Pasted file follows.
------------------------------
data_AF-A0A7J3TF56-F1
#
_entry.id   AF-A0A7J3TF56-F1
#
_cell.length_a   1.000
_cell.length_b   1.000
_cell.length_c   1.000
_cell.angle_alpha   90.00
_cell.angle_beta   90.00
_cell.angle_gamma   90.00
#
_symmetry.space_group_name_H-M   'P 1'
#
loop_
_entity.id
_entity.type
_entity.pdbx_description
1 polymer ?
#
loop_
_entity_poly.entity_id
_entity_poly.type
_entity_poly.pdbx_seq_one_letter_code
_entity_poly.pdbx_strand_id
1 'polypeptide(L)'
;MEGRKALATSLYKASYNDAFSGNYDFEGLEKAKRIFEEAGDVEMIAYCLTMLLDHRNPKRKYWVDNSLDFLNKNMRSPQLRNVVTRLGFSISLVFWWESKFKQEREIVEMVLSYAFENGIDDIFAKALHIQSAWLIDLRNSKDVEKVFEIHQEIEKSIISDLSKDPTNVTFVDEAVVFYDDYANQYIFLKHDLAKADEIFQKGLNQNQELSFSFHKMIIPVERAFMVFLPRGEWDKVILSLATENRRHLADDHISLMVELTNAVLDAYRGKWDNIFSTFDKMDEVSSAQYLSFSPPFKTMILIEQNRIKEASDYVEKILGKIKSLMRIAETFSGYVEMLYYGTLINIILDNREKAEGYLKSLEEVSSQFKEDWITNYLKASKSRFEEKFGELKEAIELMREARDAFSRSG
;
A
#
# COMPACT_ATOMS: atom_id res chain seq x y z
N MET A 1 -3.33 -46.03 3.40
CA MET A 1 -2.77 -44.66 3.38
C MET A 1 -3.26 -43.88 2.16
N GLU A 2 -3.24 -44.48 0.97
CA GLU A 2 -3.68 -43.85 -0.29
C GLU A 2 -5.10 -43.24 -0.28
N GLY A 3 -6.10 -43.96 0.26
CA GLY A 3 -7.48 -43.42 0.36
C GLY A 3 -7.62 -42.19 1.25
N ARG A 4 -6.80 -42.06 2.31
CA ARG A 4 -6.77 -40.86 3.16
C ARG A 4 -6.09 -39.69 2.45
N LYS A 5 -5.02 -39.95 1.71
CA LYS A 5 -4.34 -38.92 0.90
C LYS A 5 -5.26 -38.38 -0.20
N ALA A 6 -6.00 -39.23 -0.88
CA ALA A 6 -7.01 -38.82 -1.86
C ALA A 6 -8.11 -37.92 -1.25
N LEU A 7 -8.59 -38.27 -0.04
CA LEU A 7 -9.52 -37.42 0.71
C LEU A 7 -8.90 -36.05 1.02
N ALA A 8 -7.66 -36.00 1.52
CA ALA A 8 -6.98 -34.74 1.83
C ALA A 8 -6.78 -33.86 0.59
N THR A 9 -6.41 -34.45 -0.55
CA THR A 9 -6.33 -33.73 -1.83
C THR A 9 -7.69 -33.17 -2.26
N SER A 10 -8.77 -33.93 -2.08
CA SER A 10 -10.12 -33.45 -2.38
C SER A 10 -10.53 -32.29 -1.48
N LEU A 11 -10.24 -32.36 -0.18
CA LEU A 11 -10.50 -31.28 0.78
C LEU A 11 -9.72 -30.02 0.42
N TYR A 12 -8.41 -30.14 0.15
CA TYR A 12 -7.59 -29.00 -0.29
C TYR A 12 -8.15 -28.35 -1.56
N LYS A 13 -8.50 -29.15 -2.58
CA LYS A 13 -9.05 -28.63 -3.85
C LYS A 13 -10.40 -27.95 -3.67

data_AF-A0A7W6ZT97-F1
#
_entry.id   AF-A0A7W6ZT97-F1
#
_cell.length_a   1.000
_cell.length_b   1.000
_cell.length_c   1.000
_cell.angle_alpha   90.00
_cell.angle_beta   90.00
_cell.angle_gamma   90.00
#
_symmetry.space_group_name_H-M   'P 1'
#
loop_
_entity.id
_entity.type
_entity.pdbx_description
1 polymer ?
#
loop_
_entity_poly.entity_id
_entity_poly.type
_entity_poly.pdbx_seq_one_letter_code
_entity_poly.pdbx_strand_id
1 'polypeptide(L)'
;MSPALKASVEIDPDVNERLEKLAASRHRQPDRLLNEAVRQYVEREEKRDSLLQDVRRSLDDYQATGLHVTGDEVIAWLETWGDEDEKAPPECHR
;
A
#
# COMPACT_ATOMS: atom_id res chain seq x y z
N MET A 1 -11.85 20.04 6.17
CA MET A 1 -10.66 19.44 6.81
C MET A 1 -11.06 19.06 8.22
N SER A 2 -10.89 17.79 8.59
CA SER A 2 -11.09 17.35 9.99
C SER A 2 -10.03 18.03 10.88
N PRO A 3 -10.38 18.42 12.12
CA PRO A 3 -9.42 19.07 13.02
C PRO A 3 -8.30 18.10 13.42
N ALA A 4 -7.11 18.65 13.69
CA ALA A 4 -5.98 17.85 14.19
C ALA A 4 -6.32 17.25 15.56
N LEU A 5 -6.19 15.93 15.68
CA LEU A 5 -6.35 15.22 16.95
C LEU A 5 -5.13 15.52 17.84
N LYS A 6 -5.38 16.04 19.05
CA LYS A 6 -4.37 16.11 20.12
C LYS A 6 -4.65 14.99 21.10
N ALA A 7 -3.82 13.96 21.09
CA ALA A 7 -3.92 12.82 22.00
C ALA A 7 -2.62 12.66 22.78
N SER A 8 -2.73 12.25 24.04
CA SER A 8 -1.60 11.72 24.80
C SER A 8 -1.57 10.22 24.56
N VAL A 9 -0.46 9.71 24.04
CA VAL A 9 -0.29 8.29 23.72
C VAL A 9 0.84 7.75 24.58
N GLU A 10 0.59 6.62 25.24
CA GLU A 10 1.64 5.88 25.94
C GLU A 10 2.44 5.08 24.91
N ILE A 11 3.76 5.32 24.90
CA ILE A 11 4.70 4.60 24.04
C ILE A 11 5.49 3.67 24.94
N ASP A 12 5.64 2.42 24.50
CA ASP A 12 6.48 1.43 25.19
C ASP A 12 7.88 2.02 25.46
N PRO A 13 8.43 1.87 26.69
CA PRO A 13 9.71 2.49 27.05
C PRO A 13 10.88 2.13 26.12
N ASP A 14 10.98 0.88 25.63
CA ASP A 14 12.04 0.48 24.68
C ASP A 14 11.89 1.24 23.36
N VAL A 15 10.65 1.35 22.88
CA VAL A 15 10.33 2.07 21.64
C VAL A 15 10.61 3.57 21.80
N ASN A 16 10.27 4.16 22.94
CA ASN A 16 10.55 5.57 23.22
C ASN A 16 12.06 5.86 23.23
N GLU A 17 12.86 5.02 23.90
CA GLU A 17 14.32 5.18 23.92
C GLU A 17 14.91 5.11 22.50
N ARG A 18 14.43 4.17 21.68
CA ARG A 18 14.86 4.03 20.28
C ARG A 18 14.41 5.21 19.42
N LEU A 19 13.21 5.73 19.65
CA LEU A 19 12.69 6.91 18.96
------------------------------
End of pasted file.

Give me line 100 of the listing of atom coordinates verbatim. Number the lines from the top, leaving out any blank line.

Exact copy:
N MET A 1 -11.85 20.04 6.17